For the sake of the blog, here’s a description from Tom’s point of view of his trip down the tunnels:

“Claustrophobic, sweaty, dusty and back breaking.”

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(Ho chi Minh city from the view of our rat hotel)

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(My new flutey tute)

On waking in the second morning in the rat hotel I went to the toilet, got locked inside the toilet having made a horrific smell (thanks Vietnamese food) and then had to be broken out by the hotel staff. Mortifying!! To be honest, the hotel wasn’t exactly the best, hence the rodent problem.

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(At least there was a gap above the door so I didn’t get Cu Chi tunnel claustrophobic a whilst waiting to be broken out)

I decided we deserved a fancy hotel with a bed that’s comfortable and no rats…. So spent 17 quid for a night in the Dragon Palace. Yay!

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Our final day was spent in the war remnants museum, which was filled with some really harrowing images. I had a massive lump in my throat throughout. It’s crazy that the Vietnam war was one of the first that was documented by the media.

Overall, I’ve enjoyed our time in Vietnam. I feel most homesick when I’m poorly, so I did struggle with being ill twice. The country is a true mixed bag of crazy hustle bustle in the cities and beautiful countryside. I’m glad we came here.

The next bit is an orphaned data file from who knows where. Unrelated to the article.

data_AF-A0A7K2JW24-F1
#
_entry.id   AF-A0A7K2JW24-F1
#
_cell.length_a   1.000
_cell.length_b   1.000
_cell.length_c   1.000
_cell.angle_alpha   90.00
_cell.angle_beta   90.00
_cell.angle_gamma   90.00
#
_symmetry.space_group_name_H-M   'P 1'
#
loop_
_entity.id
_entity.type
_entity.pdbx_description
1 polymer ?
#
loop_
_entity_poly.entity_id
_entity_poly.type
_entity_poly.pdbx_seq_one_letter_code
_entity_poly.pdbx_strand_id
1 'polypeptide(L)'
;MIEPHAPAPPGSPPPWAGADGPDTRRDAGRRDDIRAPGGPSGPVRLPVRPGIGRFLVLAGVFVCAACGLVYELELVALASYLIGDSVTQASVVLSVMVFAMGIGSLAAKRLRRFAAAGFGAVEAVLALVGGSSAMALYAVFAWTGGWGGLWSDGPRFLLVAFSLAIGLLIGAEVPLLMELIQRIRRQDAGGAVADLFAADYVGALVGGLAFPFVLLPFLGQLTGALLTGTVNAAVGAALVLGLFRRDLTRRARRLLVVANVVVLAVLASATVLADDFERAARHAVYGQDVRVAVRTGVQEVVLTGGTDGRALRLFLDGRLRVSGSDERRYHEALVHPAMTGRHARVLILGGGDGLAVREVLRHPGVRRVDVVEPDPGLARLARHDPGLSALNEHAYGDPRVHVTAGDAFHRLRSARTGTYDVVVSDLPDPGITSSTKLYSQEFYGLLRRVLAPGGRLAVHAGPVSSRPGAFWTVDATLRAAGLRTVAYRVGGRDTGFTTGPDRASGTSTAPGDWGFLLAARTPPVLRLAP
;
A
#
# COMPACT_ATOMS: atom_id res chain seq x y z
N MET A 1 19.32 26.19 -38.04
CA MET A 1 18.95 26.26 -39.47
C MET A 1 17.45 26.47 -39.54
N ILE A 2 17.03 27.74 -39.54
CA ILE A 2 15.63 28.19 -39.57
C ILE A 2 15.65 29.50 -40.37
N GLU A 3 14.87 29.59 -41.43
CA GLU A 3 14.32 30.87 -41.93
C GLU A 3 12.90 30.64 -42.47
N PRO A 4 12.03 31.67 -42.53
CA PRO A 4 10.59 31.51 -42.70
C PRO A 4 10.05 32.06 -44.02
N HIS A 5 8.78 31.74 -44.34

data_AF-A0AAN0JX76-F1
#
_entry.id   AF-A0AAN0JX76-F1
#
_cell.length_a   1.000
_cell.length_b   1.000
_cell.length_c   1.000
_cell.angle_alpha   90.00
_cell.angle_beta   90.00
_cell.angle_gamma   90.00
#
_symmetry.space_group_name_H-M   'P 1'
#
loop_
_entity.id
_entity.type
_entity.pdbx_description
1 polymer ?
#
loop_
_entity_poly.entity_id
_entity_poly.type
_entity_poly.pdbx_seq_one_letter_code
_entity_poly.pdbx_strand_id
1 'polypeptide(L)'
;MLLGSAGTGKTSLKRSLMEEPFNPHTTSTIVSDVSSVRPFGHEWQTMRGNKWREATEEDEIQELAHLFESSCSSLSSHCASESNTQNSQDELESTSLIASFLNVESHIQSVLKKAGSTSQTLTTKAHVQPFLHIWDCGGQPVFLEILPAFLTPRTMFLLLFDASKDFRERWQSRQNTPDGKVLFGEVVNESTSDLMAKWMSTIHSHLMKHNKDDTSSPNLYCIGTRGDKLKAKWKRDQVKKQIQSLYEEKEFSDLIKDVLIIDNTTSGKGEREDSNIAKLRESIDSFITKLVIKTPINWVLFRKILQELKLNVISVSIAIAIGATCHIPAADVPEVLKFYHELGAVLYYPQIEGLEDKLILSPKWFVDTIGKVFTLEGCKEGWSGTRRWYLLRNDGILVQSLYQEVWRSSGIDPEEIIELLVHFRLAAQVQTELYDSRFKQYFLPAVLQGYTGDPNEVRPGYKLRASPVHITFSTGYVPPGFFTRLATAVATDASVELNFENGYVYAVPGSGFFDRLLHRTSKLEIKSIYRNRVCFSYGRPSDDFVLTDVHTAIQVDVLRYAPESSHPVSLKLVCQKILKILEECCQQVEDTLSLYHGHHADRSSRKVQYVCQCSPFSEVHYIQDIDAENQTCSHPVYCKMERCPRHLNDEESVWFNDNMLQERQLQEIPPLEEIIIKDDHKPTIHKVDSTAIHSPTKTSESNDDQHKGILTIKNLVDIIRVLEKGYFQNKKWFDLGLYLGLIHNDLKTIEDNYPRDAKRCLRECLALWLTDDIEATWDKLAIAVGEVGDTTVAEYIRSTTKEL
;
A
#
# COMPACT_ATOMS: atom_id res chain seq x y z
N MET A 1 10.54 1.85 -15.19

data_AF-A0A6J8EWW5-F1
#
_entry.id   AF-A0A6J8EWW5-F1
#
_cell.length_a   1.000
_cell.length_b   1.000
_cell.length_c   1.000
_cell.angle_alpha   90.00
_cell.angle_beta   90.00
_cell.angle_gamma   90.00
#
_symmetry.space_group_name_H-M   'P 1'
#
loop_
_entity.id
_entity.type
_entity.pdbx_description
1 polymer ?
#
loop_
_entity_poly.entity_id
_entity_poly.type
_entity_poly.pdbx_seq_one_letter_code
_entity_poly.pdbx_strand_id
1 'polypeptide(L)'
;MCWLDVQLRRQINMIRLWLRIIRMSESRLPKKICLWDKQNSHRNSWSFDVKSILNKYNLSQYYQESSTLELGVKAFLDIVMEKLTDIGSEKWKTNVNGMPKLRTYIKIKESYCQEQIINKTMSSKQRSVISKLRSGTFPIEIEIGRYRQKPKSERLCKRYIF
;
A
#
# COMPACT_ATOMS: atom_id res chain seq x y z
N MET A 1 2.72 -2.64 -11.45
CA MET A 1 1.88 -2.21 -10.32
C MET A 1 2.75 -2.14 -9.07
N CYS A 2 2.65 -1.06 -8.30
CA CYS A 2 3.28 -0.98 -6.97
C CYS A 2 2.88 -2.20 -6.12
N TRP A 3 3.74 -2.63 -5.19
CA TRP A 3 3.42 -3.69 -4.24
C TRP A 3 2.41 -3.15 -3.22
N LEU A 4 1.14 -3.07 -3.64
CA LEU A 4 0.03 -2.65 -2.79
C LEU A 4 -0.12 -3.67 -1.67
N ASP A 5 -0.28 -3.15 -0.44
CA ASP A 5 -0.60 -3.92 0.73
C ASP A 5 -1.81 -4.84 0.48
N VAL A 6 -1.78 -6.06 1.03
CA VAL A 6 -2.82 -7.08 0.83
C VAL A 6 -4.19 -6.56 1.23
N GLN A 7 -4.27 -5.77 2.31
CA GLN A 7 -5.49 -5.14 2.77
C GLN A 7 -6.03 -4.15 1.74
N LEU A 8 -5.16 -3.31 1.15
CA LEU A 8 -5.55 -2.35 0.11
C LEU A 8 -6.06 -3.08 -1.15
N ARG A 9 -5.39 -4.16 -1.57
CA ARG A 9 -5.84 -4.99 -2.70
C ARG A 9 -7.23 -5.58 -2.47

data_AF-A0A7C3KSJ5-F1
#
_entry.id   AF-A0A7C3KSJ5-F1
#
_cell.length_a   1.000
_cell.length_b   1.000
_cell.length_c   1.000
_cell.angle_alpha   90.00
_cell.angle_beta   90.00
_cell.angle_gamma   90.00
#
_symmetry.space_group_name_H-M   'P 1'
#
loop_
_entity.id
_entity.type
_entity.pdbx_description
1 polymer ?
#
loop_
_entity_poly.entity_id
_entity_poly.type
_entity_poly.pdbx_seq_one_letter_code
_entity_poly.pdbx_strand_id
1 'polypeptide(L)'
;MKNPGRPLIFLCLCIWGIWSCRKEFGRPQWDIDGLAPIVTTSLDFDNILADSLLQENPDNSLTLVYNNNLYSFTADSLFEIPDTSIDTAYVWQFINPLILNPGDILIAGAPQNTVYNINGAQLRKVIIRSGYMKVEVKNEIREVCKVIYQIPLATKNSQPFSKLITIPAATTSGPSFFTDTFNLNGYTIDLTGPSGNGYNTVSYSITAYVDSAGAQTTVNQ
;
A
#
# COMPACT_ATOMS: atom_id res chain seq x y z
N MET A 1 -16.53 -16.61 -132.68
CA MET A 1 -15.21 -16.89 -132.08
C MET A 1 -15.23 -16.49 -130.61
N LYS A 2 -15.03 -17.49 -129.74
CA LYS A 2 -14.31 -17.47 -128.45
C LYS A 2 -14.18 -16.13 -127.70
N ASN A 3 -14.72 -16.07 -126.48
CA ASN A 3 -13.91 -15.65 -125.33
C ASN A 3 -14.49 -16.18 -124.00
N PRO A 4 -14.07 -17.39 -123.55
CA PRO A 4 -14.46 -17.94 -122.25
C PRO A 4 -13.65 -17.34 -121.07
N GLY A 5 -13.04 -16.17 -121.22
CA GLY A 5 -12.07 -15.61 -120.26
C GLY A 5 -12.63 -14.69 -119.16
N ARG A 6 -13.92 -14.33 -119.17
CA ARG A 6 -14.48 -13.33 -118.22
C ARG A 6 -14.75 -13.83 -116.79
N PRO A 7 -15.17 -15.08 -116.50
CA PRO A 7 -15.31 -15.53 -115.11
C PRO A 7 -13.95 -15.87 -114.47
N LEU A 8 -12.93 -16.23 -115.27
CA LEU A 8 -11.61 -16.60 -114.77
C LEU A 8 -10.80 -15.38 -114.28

Things that have surprised me in Vietnam

1) The bananas are green.
2) The oranges are also green.
3) People like crouching. On the streets of Vietnam, you’ll often see people crouched, smoking a cigarette, or chatting. They do it with their feet flat on the floor. I tried this in our hotel room and fell flat on my arse.
4) No one walks really. Scooters are the given mode of transport with locals driving from shop to shop, parking their bike on the pavement outside. This makes it a pretty tricky place to be a pedestrian.
5) Vietnam is home to possibly the world’s cheapest beer. 9p a glass makes a happy Thomas.
6) The gaps between the cities make for a lot of travel time. It’s easy to see why lots of backpackers choose to travel by motorbike. Having seen so many people covered in bandages however, I decided it’s not for me.
7) Families live together. Many generations of one family live under one roof in Vietnam, which is lovely. The Vietnamese are very social and many choose to spend the evenings sat on stools in the street. This makes me want to strive to spend less time in front of the TV when we get home!

8) There are over 54 ethnic groups living in Vietnam today. I really enjoyed meeting some of the Black Hmong tribe whilst we were in Sapa. It was a lovely experience.